Teach Your Kids to Count Their Blessings, Even if There Aren’t a Lot of Blessings to Count

Count your blessingsThe best thing about the holidays, besides the food, the love, and — depending on who pulled your name in the family gift swap, the thoughtful presents — is that the close of another year signifies a period of reflection. It’s an opportunity to take stock of our fortunes and be grateful for what we have and who we are. Despite the obstacles that have tumbled across our paths like big ol’ redwood trees, we’re still making it. Still standing.

In all of the hubbub of shredding open toys they’ve been begging for for months but will play with for maybe two hours max, it’s important for parents to ask their kids to count the good things in their lives. You know, the ones that can’t be purchased at a 24-hour Toys R Us. It’s so easy to get caught up in the pomp and circumstance of Christmas consumerism, but failing to count their blessings may come back to haunt them. 

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Have you ever met someone who’s never satisfied? Good skooga mooga. I have, a couple of times, and they. are. exhausting. They nitpick. They fuss. They fault-find. And they have a hard time spotting the positive in any situation, much less one whose silver lining might take a little craning to see. Folks who don’t appreciate what they have are chronic sourpusses, and they can spend their whole lives chasing bigger and better instead of being incrementally content with what they have.

That’s not what I want for Girl Child, or even your child, for that matter. I fire off a lot of opinions on this here blog but of this much I am absolutely certain: everybody — everybody — has something to be thankful for. Including kids.

Like most mothers, I’ve tried to shield my beloved baby girl from the angst of the real world. We’ve been through some pretty trying times since she was born, particularly in the last five years, from me losing my job and being drop-dead broke while Congress flip-flopped on unemployment benefits to the passing of three family members, including our amazing grandmother who helped to raise us both.

When I got so frustrated or disheartened or grief-stricken that I had to cry, for a long time I’d try to hide it from her, to the point of strapping on my winter time body armor to walk around the block in subzero temps. Just to keep her from seeing her mama upset and inadvertently making her upset, too.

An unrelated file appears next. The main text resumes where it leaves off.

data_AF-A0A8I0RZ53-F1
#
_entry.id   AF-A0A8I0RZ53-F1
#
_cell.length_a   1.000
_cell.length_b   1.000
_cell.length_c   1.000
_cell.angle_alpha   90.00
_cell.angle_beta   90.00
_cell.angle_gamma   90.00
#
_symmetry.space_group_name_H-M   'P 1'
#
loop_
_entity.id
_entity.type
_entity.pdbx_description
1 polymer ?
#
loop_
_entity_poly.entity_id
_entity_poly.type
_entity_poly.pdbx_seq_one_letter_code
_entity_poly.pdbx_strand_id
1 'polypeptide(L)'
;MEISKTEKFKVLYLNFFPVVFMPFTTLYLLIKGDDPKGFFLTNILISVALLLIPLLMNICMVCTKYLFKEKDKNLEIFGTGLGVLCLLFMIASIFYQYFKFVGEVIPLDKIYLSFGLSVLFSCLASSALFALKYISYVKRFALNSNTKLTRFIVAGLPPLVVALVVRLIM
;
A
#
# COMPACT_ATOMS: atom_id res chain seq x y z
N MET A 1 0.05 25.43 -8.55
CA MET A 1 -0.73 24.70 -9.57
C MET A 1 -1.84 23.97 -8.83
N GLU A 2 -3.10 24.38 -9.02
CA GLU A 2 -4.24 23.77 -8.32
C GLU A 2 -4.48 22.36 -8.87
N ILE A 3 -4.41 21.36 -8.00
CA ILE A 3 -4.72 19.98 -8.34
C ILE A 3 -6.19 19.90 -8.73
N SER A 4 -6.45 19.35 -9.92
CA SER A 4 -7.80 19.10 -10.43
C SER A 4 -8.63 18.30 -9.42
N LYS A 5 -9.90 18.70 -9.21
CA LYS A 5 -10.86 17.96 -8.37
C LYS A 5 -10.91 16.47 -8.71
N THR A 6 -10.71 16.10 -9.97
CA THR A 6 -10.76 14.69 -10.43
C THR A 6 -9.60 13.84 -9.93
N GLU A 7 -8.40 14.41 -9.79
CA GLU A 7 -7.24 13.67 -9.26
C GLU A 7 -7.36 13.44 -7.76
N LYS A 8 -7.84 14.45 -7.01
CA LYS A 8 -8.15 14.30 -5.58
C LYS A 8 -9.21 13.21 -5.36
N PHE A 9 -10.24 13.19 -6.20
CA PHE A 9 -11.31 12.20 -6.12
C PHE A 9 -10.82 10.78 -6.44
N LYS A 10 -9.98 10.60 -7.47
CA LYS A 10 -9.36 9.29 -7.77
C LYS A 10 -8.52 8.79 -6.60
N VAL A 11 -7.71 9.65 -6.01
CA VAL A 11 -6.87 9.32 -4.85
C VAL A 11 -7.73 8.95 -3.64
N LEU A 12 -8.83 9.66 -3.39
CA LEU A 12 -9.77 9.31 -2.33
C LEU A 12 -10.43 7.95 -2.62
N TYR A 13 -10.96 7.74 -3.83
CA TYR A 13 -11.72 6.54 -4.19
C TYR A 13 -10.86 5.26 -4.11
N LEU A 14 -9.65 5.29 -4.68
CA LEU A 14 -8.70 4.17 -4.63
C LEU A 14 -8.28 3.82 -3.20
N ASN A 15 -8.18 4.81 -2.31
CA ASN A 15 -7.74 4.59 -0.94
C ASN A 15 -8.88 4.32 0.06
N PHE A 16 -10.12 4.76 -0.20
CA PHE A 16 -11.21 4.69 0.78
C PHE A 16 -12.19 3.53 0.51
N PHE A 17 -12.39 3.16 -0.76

But then I realized I wasn’t doing her any favors. That’s not real. I don’t want her to be under the impression that life is all gumdrops and pretty pink ponies and fluffy clouds. Shit, for lack of a better word, is going to hit the fan, for some of us more than others. But how you respond to hard times, how to deal with them, is what makes you better. Smarter. Stronger. I wanted her to be able to see how, even in the midst of despair, we could find something, even a little bitty thing, to appreciate.

One day, when she was about 8 or 9, I walked past her room. She had pen and paper scattered all over the floor and she looked like she was deep in thought.

“Whatchadoin?” I asked, stopping in the doorway to survey her project.

She held her pen to her chin real thoughtful-like, then looked up at me, contemplativeness scrawled all over her little face.

“I’m counting my blessings,” she said.

I could’ve crumpled onto the floor. The baby had created a little list of about 15 things she was thankful for, and was still going. There we were, a few days shy of an eviction, barely any food in the house, the possibility of moving away from her friends and school looming overhead, a dear family member gone on to glory, and she was counting blessings. I was done.

Teach your kids to be thankful for their loved ones, even if they’re crazy, even if they pluck their nerves, even if they don’t see them often because they helped make them. Teach them to be thankful for life, because every day that they wake up in their right mind and able to move means that there’s still a purpose for them being here. And even teach them to be thankful for their personal storms, their circumstances, and their experiences, because they make them greater.

What are you thankful for this holiday season?  

 

Image via Robert Couse-Baker/Flickr

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